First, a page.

New Robot Ears
Recently in a conversation with Tom Oldham, one of the people behind one of London’s best independent labels, No Pain In Pop, about how they used to scout for bands, he mentioned they’d simply scroll through the Myspace friend-lists of bands they already liked and listen to what they found. Almost gone are the days of the A&R scout, roaming the country, expense account in hand. Now armed with the internet they microscope in on various places linked through digital networks; flicking browser tabs between LA, New York, Manchester, London; digital sonic-exploration in search of some indescribable moment of musical epiphany; panhandling in the computerised riverbed for nuggets of gold.
The internet is often credited with destroying the business model of the music industry; in a new world of abundance, with everything there for us, for free, it would seem to be the Tesco mums, fifty quid dads, vinyl nerds and advertising money that’s keeping the whole murky enterprise afloat. As far as business models go, the ideal of web distribution on the surface reflects the early ‘80s US Hardcore scene’s ideal of band-to-fan directness, enterprises like Bandcamp would seem to confirm this, and long time DIY exponent R. Stevie Moore recently made most of his catalogue of 400 records available online on the site. Obviously the new model doesn’t work for everyone, but the shift in profitability has had an effect on what we listen to, because it effects what gets made. It’s probably an alright time for the hobbyists, doing it for the love; an alright time too, for the djs, raking in money from playing records live, their fan base still buying records too; a good time if your Radiohead and don’t have to worry about actually selling records for money any more, the rest of the middling Indie bands probably thankful theirs still Vodafone ads that need music to be synced too.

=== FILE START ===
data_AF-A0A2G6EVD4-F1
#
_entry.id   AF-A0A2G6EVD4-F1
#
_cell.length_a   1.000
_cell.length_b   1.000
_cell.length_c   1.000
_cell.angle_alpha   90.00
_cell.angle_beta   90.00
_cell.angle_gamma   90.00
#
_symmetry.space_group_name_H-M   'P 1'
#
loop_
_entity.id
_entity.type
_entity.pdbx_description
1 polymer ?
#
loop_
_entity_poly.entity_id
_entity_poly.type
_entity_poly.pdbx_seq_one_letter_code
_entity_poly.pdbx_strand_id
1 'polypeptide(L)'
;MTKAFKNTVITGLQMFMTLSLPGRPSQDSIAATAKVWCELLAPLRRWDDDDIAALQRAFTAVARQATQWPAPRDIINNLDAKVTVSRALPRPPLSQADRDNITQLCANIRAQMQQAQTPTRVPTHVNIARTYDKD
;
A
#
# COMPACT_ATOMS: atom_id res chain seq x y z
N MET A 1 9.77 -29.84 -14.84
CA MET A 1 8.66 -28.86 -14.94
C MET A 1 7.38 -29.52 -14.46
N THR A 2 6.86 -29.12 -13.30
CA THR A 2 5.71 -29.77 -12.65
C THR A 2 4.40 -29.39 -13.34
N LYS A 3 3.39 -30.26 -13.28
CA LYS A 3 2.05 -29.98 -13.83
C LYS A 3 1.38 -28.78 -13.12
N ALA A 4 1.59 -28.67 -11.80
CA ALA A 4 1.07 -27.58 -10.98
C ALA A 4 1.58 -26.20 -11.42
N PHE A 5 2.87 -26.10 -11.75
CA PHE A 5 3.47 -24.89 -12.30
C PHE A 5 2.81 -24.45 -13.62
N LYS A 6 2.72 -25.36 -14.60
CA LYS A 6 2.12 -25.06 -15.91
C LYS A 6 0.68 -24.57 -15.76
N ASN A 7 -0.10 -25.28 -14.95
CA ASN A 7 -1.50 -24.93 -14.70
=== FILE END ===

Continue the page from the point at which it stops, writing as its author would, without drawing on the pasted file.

Our socially networked world relies on sharing; we accrue life online in a stream of likes, posts and comments, developing our online presence, that evapourates quickly once the public interaction stops. Much has been written about our obsession with retromania, but maybe it boils down to this supposition; we feel compelled to share online, and after compulsively sharing the new, we, via a swift bit of research or a potluck dive down a promising looking link, work backwards, and start sharing the old. What this leads too is a weird temporal glitch where the past is always constantly re-evaluated and re-contextualised in the present. We end up with blogs catering to the hyper-specific little scenes, reintroducing them into the contemporary wild like almost extinct creatures nursed back to health under careful eyes. An old world given a new life online because of our desire to rediscover and share it, social networks as cultural Jurassic Parks.